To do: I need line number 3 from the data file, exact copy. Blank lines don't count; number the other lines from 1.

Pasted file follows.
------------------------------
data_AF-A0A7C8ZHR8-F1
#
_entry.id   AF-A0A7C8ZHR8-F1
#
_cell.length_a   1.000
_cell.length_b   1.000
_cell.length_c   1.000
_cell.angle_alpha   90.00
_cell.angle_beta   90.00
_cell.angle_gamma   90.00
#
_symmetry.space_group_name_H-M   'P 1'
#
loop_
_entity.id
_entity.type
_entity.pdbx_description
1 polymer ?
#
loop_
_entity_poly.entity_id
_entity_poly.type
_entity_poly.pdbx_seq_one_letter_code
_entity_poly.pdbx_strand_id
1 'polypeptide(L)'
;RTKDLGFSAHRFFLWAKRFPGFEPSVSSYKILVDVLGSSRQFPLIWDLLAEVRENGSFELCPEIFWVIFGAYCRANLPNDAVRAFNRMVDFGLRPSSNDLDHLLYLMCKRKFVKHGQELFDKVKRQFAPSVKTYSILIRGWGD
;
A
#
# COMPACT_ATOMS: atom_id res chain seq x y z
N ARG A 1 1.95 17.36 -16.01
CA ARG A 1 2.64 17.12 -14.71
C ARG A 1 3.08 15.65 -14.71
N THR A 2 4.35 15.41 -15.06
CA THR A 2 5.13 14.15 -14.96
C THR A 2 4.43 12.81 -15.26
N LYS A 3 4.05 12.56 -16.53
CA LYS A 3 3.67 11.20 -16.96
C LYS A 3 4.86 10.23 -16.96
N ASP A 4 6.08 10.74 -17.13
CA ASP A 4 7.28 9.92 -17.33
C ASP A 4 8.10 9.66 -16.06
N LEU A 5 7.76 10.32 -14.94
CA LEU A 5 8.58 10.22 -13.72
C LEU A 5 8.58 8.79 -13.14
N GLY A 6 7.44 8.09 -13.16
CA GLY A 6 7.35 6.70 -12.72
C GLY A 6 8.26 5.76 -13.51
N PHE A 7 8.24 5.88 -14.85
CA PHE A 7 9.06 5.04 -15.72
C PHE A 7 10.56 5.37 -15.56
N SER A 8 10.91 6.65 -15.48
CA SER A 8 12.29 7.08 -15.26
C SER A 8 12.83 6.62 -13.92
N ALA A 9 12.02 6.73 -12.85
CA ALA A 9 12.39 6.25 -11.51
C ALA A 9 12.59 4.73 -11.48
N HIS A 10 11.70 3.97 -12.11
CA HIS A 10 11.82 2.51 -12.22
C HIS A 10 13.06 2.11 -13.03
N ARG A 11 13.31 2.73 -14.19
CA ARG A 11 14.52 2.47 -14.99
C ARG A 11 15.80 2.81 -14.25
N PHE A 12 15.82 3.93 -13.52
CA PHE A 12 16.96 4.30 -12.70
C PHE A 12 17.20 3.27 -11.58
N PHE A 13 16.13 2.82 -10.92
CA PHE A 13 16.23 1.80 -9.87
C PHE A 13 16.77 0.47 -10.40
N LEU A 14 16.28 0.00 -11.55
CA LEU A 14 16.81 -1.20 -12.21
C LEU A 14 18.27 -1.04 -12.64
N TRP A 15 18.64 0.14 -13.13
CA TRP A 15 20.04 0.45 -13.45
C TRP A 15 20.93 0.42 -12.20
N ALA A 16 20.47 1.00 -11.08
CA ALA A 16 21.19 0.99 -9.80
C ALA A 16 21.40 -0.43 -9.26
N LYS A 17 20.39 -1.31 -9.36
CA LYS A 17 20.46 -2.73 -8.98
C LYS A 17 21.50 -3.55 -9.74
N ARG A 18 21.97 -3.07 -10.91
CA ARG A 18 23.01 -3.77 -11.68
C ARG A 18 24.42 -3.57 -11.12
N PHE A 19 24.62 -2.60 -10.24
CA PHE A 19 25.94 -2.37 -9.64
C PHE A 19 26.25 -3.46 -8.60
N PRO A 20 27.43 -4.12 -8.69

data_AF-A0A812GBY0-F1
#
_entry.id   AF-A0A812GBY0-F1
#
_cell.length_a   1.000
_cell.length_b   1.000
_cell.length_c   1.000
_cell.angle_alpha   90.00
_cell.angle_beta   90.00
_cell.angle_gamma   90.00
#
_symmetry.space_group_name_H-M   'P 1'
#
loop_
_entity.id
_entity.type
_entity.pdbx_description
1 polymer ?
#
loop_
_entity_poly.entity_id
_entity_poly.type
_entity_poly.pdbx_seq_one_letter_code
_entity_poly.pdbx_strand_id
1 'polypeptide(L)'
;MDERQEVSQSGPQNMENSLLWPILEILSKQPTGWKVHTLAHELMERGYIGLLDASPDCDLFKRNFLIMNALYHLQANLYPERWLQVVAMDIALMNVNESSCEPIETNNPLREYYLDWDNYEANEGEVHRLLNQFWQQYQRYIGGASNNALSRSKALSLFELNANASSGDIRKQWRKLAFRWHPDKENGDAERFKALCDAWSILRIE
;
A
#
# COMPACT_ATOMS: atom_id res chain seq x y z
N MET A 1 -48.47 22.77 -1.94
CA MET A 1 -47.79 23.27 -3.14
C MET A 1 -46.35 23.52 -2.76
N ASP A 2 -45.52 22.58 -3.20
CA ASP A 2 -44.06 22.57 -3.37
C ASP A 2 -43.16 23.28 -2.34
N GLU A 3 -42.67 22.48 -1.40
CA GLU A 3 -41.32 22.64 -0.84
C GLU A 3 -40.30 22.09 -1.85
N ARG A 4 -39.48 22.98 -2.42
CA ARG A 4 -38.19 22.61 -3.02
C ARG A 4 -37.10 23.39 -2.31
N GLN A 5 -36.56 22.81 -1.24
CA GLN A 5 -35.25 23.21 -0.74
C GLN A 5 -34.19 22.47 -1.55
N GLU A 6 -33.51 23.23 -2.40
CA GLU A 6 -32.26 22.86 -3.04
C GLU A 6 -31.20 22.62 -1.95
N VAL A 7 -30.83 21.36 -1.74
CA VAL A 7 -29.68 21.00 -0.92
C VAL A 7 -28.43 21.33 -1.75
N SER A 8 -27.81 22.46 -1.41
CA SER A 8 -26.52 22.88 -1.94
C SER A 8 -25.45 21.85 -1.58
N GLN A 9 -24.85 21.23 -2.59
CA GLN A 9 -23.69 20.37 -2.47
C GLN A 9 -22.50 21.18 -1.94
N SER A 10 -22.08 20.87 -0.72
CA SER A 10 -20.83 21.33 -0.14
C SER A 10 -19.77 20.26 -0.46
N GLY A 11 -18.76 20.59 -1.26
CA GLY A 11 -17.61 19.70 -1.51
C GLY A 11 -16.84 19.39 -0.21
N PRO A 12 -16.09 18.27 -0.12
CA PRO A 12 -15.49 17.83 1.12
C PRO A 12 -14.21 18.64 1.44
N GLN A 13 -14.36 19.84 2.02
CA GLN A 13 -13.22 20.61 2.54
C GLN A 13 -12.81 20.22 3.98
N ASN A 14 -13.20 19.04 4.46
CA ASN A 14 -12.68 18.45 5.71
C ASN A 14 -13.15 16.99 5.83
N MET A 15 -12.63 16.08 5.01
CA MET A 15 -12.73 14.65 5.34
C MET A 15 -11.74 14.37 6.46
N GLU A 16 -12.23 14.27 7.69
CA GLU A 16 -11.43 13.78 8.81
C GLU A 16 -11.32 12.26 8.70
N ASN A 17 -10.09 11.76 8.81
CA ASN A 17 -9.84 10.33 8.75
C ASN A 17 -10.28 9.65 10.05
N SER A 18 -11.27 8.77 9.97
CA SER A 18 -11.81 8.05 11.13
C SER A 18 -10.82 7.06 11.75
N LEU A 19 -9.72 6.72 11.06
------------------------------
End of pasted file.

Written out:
_entry.id   AF-A0A7C8ZHR8-F1